# Why do we use external pressure to find force exerted by gas on a piston in a closed vessel during its expansion?

I was reading a book in which i got confused due to this. A gas is in a vessel covered by a friction-less piston. Gas pressure is more than outer atmospheric pressure (which is constant) due to which it expands. Since it expands and move the piston outward, it does work on it which is calculated by force times displacement. In finding force we use Force = Pressure times Cross section area of piston. In finding this force to calculate work why are we using Pressure on piston by atmosphere and its weight and not pressure exerted by gas. Why? Can you also tell how the correct work done by gas can be calculated. Thanks.

For a frictionless, massless piston, the force per unit area that the gas exerts on the inner face of the piston is always equal to the force per unit area applied on the outer face of the piston (since the piston is massless, ma = 0). However, for an irreversible process, the force per unit area exerted by the gas at the interface is composed both of the "thermodynamic pressure" that one could determine from the equation of state for the gas (e.g., the ideal gas law) applied locally at the interface, plus "viscous stresses" in the gas that are determined by the rate at which the gas is deforming. Furthermore, if the expansion or compression is rapid enough, the conditions within the cylinder are not even uniform spatially. So figuring out the force per unit area that the gas exerts at the interface for irreversible expansion is problematic. However, fortunately, if the force per unit area on the outside is specified by manually imposing a force per unit area (e.g., if the atmosphere is imposing the pressure outside), the work done by the gas on the surroundings can still be determined. This is because the force per unit area exerted by the gas at the interface will adjust to always match the force per unit are on the outside (again, since the piston is massless and ma = 0).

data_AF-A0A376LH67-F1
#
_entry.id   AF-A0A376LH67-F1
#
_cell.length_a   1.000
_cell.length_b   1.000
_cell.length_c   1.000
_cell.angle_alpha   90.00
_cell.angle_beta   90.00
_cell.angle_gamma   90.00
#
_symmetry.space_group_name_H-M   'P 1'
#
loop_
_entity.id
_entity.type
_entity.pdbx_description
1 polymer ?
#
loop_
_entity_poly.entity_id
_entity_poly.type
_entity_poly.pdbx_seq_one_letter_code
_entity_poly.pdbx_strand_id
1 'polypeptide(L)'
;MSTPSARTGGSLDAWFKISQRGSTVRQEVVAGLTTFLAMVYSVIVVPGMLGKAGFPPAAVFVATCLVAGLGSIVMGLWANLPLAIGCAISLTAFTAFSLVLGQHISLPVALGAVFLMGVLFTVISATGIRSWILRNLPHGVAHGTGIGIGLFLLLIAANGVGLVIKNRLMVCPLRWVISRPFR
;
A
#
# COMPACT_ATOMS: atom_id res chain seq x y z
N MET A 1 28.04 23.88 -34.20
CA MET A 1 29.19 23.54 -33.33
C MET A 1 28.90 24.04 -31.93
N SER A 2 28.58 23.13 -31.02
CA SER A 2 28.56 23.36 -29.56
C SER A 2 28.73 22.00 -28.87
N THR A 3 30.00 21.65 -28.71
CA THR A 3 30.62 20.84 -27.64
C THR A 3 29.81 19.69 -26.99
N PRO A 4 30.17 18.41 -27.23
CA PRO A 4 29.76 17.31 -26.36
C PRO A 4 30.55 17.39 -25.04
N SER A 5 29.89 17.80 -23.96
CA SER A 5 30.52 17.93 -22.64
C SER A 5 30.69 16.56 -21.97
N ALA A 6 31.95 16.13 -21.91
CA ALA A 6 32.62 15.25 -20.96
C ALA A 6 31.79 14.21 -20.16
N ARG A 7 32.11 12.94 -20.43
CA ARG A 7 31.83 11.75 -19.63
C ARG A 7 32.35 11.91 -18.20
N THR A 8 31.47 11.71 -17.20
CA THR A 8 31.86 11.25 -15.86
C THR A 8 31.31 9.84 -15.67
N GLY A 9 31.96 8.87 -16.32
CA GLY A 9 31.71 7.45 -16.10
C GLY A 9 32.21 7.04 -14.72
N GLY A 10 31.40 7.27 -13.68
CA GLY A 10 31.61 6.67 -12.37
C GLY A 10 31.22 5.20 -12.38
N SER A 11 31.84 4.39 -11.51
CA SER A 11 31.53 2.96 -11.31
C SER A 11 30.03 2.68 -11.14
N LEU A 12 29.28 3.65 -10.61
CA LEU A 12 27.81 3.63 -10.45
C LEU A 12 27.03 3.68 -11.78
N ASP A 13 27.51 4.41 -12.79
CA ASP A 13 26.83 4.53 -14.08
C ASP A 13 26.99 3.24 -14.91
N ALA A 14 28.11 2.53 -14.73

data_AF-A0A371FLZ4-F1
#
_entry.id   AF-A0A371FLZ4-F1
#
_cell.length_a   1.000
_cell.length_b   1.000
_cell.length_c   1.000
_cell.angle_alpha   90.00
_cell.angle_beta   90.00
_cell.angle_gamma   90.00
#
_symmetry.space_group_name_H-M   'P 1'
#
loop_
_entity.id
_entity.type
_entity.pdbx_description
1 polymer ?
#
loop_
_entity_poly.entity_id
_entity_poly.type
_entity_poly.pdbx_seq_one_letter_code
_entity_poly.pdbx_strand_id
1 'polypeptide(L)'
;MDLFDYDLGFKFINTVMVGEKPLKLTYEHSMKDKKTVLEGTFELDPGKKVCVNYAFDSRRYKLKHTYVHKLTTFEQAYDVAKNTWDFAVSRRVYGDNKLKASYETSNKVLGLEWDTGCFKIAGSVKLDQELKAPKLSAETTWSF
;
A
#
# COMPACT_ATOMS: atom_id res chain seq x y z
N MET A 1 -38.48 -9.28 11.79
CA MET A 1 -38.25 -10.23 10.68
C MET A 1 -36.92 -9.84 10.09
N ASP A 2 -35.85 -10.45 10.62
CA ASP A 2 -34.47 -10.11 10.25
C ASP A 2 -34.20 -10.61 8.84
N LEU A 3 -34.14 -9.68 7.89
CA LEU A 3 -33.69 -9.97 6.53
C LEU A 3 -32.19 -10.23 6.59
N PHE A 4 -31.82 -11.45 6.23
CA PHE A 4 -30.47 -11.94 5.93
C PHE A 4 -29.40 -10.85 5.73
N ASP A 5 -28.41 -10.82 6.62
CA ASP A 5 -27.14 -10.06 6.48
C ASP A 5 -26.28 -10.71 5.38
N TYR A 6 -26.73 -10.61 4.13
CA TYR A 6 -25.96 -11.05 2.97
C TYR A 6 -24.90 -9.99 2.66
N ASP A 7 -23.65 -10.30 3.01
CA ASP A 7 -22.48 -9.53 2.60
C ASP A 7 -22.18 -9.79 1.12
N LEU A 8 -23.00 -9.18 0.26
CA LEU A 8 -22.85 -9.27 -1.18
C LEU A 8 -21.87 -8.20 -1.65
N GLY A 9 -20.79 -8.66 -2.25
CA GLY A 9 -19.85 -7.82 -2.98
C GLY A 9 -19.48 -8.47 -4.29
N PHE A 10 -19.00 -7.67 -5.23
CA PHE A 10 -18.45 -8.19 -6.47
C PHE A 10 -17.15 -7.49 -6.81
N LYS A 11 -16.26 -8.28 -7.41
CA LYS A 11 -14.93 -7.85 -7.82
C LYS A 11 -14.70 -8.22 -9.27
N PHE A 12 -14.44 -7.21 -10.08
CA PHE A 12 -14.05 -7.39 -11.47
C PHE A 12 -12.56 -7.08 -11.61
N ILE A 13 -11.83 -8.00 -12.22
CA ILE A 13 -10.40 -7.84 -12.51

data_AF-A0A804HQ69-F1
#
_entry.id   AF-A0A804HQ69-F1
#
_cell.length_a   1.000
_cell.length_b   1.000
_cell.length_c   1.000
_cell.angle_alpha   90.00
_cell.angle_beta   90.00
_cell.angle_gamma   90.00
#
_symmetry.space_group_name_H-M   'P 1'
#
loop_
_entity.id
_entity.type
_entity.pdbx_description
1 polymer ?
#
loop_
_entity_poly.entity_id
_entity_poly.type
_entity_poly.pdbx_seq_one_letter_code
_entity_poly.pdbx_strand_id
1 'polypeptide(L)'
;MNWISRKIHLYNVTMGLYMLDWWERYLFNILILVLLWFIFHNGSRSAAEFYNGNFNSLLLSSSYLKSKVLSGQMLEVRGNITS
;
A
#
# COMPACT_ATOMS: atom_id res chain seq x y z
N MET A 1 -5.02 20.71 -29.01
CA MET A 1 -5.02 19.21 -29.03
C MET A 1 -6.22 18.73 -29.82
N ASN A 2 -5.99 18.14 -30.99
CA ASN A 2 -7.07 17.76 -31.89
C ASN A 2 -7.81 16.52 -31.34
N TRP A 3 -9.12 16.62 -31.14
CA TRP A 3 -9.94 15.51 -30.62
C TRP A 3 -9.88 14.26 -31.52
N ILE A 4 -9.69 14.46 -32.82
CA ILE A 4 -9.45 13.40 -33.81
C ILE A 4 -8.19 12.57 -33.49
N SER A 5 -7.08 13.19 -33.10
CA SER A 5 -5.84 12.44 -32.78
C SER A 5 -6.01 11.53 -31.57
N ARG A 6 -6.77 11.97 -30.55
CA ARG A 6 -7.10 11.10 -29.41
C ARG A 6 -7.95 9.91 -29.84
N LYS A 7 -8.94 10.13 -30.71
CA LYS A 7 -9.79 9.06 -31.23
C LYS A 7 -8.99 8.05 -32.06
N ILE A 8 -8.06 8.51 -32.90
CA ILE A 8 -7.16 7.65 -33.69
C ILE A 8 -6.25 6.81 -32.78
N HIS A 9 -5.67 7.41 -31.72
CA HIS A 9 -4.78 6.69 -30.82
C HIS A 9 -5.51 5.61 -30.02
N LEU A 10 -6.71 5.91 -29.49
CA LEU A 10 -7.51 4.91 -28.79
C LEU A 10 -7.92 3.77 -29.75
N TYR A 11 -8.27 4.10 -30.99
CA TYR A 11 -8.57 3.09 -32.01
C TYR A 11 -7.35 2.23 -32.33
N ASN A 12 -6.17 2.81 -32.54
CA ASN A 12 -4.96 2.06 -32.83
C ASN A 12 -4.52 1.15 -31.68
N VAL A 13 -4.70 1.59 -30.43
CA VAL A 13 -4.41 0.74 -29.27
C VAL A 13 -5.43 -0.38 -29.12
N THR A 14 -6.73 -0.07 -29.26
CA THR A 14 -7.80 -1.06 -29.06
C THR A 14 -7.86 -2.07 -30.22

In the case of a reversible process, the situation is much simpler, since here, viscous stresses are negligible, and the force that the gas exerts per unit area on the inner face of the piston can be determined by applying the ideal gas law (or real gas equation of state) to the spatially homogeneous gas in the cylinder. In this case, however, the force imposed on the outside must be controlled very carefully, so that it differs only slightly from the average inside gas pressure during the entire expansion or compression (and the gas pressure within the cylinder remains essentially uniform spatially).

why are we using Pressure on piston by atmosphere and its weight and not pressure exerted by gas.

Because the gas is expanding against the atmosphere. Put yourself in the shoes of the gas. Imagine that you're inside that container, trying to push the piston outwards. What are you pushing it against? The external pressure, right? The work done by the gas is, essentially, how much effort you are putting into pushing out the piston.

Can you also tell how the correct work done by gas can be calculated.

Since you're reading about work done, whatever book you are reading should really have a formula telling you that the work done by the gas is:

$$w = \int_1^2\!\mathrm{đ}w = \int_1^2\!p_{ex}\,\mathrm{d}V$$

where 1 and 2 are the initial and final states respectively.

• +1 except for that it is recommended to use a different đ symbol for inexact differentials. – Wildcat Oct 3 '15 at 18:17